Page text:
Feeds

Antitrust-shy IBM closed to fresh Sun talks

Good thing, gone

  • alert
  • submit to reddit

Bridging the IT gap between rising business demands and ageing tools

So much for playing hardball: IBM is apparently not interested in resuming talks to purchase Sun Microsystems, following their recent break down.

IBM is believed to be concerned about the level of scrutiny a potential acquisition of its smaller hardware and software rival might would draw from regulators.

CNBC has reported that IBM's contacts within the US Department of Justice and the European Union said an acquisition would spark an antitrust review lasting six to nine months.

It was earlier reported Sun was willing to consider a fresh offer from IBM, at a reduced price. That would be the second cut, after IBM reduced its initial bid from between $10 and $11 to $9.40 a share.

The first round of talks collapsed in April partly because Sun baulked at giving IBM too much control over its projects without getting guarantees the deal would be completed in the face of the inevitable regulatory scrutiny. Also, IBM was unwilling to agree to executive payouts.

IBM knows a thing or two about the cost and delays an antitrust regulation can bring to operations, and what it can do to a company's reputation and performance.

The company spent 13 years locked in a pointless investigation and long-running court battle with the DoJ, which had grown concerned in the 1960s about the company's domination of the market for general-purpose computers.

The DoJ's idea was to break IBM in to smaller companies that would compete with each other. The case was eventually thrown out in 1981, as the computing landscape changed.

The case, though, is believed to have altered IBM's behavior, with the company reluctant to price too competitively during the 1980s and 1990s in case it would again be accused of exploiting its position.

Even today, IBM is facing a regulatory probe over its mainframe business, this time at the hands of the EU's Competition Commission following a complaint by t3 Technologies. ®

Build a business case: developing custom apps

More from The Register

next story
BBC goes offline in MASSIVE COCKUP: Stephen Fry partly muzzled
Auntie tight-lipped as major outage rolls on
You! Pirate! Stop pirating, or we shall admonish you politely. Repeatedly, if necessary
And we shall go about telling people you smell. No, not really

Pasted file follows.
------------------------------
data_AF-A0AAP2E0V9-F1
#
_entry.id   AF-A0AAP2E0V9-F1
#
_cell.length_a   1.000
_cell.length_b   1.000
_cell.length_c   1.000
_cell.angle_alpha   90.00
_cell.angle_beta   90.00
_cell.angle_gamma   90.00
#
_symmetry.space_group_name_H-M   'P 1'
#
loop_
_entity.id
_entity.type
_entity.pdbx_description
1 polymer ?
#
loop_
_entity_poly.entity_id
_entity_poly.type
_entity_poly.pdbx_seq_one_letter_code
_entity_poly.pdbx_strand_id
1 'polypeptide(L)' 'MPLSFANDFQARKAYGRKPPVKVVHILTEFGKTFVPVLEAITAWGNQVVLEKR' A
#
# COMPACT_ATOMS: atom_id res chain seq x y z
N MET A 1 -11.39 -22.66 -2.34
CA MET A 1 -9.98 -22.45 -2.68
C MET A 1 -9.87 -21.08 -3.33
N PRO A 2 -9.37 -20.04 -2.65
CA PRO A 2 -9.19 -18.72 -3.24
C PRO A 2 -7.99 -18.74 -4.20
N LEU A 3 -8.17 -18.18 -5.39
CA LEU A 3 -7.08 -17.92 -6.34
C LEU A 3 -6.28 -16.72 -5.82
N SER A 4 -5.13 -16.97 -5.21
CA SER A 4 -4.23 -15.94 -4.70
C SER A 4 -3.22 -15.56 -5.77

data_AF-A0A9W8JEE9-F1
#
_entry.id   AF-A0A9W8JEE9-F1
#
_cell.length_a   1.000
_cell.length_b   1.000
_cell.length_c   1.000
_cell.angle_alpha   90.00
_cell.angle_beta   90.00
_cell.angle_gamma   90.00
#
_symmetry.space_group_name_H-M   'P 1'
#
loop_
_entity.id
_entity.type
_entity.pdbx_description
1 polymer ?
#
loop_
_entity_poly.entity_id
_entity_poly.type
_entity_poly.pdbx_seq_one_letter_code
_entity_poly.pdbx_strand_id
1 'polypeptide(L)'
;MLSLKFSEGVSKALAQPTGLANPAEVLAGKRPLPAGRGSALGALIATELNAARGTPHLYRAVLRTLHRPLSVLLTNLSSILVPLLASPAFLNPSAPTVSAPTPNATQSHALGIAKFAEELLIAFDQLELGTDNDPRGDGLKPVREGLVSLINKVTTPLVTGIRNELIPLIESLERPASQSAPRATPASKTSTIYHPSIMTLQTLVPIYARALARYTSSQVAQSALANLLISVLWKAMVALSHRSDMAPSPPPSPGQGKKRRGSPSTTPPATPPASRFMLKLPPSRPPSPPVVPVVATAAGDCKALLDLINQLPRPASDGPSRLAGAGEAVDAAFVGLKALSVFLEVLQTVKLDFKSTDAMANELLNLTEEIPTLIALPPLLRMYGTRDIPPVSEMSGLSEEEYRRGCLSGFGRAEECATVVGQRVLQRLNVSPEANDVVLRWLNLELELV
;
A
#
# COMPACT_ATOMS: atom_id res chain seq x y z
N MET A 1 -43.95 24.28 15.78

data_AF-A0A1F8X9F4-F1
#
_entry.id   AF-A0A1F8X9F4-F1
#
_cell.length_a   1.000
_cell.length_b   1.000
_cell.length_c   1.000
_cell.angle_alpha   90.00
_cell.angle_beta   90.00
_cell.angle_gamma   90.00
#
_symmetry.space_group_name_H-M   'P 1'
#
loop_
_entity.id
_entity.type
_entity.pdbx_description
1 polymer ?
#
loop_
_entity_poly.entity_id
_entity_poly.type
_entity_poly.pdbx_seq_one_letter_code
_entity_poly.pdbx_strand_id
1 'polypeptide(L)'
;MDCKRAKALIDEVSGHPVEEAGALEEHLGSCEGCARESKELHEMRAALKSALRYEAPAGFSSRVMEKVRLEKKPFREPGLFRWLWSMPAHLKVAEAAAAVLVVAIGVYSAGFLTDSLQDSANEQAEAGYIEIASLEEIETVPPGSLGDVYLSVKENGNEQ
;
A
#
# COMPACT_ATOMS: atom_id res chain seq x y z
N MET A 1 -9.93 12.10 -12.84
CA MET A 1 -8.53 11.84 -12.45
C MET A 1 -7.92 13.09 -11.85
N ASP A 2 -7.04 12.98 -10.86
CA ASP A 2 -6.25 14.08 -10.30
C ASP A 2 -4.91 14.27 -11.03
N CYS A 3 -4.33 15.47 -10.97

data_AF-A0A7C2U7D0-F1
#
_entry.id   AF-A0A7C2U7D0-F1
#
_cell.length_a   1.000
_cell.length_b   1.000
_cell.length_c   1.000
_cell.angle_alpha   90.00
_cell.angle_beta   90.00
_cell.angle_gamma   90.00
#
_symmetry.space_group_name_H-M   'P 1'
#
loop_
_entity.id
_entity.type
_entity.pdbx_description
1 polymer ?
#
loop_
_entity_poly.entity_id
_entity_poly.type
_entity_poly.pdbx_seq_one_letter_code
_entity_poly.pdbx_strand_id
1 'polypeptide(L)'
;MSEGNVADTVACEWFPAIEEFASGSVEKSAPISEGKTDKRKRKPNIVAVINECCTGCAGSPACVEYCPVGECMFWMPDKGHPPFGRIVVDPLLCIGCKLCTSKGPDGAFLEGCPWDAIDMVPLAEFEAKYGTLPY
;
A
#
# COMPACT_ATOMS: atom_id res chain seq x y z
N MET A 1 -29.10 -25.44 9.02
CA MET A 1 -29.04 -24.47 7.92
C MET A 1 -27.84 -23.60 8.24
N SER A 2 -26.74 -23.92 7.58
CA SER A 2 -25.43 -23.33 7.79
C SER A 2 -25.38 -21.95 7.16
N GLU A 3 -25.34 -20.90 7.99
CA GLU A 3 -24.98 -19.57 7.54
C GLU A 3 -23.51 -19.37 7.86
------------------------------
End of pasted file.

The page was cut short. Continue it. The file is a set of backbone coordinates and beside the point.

Airbus promises Wi-Fi – yay – and 3D movies (meh) in new A330
If the person in front reclines their seat, this could get interesting
UK Parliament rubber-stamps EMERGENCY data grab 'n' keep bill
Just 49 MPs oppose Drip's rushed timetable
ITC: Seagate and LSI can infringe Realtek patents because Realtek isn't in the US
Land of the (get off scot) free, when it's a foreign owner
Samsung threatens to cut ties with supplier over child labour allegations
Vows to uphold 'zero tolerance' policy on underage workers
Dude, you're getting a Dell – with BITCOIN: IT giant slurps cryptocash
1. Buy PC with Bitcoin. 2. Mine more coins. 3. Goto step 1
There's NOTHING on TV in Europe – American video DOMINATES
Even France's mega subsidies don't stop US content onslaught
prev story

Whitepapers

Seven Steps to Software Security
Seven practical steps you can begin to take today to secure your applications and prevent the damages a successful cyber-attack can cause.
Consolidation: The Foundation for IT Business Transformation
In this whitepaper learn how effective consolidation of IT and business resources can enable multiple, meaningful business benefits.
Designing a Defense for Mobile Applications
Learn about the various considerations for defending mobile applications - from the application architecture itself to the myriad testing technologies.
Build a business case: developing custom apps
Learn how to maximize the value of custom applications by accelerating and simplifying their development.
Consolidation: the foundation for IT and business transformation
In this whitepaper learn how effective consolidation of IT and business resources can enable multiple, meaningful business benefits.